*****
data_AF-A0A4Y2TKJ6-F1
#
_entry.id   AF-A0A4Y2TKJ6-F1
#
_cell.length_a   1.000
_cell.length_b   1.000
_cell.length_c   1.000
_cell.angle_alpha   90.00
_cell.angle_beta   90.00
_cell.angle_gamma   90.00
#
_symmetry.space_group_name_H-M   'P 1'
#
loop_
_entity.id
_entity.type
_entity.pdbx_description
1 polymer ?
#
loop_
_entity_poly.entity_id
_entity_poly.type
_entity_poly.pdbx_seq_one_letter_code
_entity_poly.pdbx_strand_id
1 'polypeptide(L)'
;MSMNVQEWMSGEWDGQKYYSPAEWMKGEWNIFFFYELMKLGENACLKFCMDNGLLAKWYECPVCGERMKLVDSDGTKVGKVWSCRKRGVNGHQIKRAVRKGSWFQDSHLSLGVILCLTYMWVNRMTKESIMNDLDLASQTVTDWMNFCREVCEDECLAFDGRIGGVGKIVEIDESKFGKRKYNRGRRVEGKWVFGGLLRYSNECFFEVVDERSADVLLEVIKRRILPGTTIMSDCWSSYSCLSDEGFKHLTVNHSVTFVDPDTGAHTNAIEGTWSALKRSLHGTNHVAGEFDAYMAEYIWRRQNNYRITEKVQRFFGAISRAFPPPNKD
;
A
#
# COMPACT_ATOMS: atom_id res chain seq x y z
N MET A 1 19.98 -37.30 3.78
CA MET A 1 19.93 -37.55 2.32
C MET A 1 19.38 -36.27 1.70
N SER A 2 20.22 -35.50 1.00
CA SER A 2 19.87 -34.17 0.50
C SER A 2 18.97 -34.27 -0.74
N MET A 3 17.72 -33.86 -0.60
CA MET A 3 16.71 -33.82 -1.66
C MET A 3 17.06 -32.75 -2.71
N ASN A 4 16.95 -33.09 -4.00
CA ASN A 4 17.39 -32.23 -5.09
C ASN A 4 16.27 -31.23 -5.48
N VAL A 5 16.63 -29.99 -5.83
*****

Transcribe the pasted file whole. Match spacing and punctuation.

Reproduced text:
data_AF-A0A4Y2TKJ6-F1
#
_entry.id   AF-A0A4Y2TKJ6-F1
#
_cell.length_a   1.000
_cell.length_b   1.000
_cell.length_c   1.000
_cell.angle_alpha   90.00
_cell.angle_beta   90.00
_cell.angle_gamma   90.00
#
_symmetry.space_group_name_H-M   'P 1'
#
loop_
_entity.id
_entity.type
_entity.pdbx_description
1 polymer ?
#
loop_
_entity_poly.entity_id
_entity_poly.type
_entity_poly.pdbx_seq_one_letter_code
_entity_poly.pdbx_strand_id
1 'polypeptide(L)'
;MSMNVQEWMSGEWDGQKYYSPAEWMKGEWNIFFFYELMKLGENACLKFCMDNGLLAKWYECPVCGERMKLVDSDGTKVGKVWSCRKRGVNGHQIKRAVRKGSWFQDSHLSLGVILCLTYMWVNRMTKESIMNDLDLASQTVTDWMNFCREVCEDECLAFDGRIGGVGKIVEIDESKFGKRKYNRGRRVEGKWVFGGLLRYSNECFFEVVDERSADVLLEVIKRRILPGTTIMSDCWSSYSCLSDEGFKHLTVNHSVTFVDPDTGAHTNAIEGTWSALKRSLHGTNHVAGEFDAYMAEYIWRRQNNYRITEKVQRFFGAISRAFPPPNKD
;
A
#
# COMPACT_ATOMS: atom_id res chain seq x y z
N MET A 1 19.98 -37.30 3.78
CA MET A 1 19.93 -37.55 2.32
C MET A 1 19.38 -36.27 1.70
N SER A 2 20.22 -35.50 1.00
CA SER A 2 19.87 -34.17 0.50
C SER A 2 18.97 -34.27 -0.74
N MET A 3 17.72 -33.86 -0.60
CA MET A 3 16.71 -33.82 -1.66
C MET A 3 17.06 -32.75 -2.71
N ASN A 4 16.95 -33.09 -4.00
CA ASN A 4 17.39 -32.23 -5.09
C ASN A 4 16.27 -31.23 -5.48
N VAL A 5 16.63 -29.99 -5.83